The ongoing decline in PC shipments simply refuses to bottom out, with the troubled industry slumping to its fifth successive year-on-year quarterly shipment decline during the second quarter of 2013. This is by far the longest period of decline the PC industry has ever witnessed.
According to research firm Gartner’s preliminary
estimates for the recently concluded second quarter, worldwide shipments fell 10.9 percent year-on-year during the period to reach 76 million units, making it “the longest duration of decline in the PC market’s history.”
Further, the decline was truly global, with not even one of the major markets managing to buck the trend. Of course, some regions were more badly hit than others.
“The fall in the Asia/Pacific PC market continued, showing five consecutive quarters of the shipment decline, while the EMEA PC market registered two consecutive quarters of double-digit decline,” reads an Gartner press release announcing the preliminary data. “In the U.S. market, PC shipments totaled 15 million units in the second quarter of 2013, a 1.4 percent decline from the second quarter of 2012. This decline was less than the past seven quarters, and the market grew 8.5 percent sequentially.”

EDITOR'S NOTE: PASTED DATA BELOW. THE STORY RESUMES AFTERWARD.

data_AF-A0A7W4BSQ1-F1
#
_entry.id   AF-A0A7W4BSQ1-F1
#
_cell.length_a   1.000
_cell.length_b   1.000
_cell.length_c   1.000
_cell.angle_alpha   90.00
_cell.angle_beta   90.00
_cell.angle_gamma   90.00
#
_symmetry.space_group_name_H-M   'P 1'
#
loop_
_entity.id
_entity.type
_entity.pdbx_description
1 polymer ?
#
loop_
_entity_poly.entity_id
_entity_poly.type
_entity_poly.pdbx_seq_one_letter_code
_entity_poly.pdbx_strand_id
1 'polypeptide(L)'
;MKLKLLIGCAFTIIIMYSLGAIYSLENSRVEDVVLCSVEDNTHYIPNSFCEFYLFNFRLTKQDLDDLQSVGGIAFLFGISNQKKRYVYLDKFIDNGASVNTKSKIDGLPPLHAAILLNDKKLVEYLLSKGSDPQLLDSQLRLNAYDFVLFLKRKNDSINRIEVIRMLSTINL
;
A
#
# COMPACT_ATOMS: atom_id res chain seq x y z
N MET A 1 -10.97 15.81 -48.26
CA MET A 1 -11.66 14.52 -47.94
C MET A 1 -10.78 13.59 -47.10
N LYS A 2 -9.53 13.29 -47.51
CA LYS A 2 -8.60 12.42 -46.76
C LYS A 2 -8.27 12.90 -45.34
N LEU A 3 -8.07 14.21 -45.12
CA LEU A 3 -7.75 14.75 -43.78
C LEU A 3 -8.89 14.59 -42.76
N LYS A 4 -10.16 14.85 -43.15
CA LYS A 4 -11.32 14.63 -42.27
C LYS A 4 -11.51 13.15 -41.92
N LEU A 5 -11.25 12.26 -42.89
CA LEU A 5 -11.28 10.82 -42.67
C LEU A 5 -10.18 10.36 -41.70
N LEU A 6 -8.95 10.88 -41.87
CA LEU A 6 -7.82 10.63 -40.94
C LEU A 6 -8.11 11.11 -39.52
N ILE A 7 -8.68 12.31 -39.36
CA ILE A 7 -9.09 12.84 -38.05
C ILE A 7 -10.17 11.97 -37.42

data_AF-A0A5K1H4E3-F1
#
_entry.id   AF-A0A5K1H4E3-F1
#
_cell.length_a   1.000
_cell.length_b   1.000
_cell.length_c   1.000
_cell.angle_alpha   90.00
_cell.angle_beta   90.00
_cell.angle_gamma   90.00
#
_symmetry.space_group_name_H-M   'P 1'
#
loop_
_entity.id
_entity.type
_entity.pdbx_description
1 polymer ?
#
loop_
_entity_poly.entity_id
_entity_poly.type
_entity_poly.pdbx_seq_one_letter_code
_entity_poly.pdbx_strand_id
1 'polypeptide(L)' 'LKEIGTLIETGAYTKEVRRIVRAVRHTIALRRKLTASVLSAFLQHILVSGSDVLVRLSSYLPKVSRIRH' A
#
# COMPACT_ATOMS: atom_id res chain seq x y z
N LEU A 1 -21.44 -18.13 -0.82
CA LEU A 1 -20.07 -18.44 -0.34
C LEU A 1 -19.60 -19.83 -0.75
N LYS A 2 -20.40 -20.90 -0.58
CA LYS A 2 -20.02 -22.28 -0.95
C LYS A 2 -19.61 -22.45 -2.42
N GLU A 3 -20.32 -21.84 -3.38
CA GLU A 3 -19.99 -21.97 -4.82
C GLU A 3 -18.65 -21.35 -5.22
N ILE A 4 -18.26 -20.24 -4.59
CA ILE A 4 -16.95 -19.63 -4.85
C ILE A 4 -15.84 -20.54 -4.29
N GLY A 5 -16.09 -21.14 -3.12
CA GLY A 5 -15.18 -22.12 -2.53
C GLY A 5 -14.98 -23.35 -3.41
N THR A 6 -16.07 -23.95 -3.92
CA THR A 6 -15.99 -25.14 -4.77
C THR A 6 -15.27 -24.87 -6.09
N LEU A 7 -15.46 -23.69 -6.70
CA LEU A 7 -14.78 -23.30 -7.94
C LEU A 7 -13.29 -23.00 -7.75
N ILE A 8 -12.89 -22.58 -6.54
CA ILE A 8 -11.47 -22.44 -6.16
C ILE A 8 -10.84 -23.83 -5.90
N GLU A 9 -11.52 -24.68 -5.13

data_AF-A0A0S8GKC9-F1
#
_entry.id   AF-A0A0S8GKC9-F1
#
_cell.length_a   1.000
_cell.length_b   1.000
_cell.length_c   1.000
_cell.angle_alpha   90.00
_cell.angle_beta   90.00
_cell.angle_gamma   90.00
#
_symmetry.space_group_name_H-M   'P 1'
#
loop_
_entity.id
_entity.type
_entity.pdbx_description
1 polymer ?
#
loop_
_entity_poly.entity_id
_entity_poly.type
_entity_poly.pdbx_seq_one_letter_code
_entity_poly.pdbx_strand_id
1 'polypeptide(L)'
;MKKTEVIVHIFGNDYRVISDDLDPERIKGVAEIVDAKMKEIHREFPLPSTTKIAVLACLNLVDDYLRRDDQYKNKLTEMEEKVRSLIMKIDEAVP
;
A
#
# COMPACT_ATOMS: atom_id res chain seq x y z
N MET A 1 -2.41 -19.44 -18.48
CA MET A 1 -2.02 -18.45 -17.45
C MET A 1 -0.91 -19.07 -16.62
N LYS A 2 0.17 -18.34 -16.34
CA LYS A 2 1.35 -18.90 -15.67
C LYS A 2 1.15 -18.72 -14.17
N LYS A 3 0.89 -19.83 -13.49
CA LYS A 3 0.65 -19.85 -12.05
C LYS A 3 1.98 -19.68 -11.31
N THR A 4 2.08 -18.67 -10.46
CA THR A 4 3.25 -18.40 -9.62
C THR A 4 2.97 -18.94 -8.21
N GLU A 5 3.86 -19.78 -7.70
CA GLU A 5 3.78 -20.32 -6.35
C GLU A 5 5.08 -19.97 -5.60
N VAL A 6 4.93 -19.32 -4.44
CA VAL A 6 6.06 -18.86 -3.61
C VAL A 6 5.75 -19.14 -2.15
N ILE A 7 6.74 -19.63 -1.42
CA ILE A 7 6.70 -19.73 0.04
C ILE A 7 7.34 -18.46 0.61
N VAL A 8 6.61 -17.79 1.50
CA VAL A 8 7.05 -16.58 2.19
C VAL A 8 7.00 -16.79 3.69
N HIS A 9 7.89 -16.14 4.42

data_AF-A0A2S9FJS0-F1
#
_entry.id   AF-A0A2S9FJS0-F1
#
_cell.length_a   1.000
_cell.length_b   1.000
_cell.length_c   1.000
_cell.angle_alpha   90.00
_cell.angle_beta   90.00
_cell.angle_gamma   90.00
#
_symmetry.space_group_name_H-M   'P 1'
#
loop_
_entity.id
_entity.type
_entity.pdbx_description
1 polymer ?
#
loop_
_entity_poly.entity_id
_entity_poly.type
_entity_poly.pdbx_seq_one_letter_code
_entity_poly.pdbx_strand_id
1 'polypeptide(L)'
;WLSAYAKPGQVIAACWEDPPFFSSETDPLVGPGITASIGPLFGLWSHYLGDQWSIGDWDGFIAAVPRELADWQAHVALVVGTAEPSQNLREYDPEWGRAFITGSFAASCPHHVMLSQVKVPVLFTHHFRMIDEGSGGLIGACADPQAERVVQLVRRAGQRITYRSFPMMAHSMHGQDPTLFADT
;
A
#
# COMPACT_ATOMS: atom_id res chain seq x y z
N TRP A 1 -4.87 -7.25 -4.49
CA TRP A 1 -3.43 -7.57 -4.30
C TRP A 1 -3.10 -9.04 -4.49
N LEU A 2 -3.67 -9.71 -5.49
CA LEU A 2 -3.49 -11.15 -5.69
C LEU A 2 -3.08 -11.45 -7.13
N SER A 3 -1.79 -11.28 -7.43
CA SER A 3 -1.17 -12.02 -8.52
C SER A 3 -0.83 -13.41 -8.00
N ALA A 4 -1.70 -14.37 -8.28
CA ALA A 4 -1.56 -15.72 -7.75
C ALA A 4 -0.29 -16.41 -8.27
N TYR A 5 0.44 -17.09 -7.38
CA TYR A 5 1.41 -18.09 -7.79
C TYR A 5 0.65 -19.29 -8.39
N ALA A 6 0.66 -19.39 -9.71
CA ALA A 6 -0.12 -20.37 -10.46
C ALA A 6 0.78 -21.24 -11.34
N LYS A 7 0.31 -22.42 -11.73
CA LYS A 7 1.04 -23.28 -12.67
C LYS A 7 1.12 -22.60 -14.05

Considering how long this decline has gone on, we expect you to be fully familiar with its causes by now. In case you aren’t, however, here’s what Isabelle Durand, principal research analyst at Gartner, has to say: “The sharp decline in the second quarter of 2013 was partly due to the shift in usage patterns away from notebooks to tablets, and partly because the PC market was exposed to inventory reductions in the channel due to the start of the transition to new Haswell-based products. Touch-based notebooks still account for less than 10 per cent of the total consumer notebook shipments in the last quarter.”
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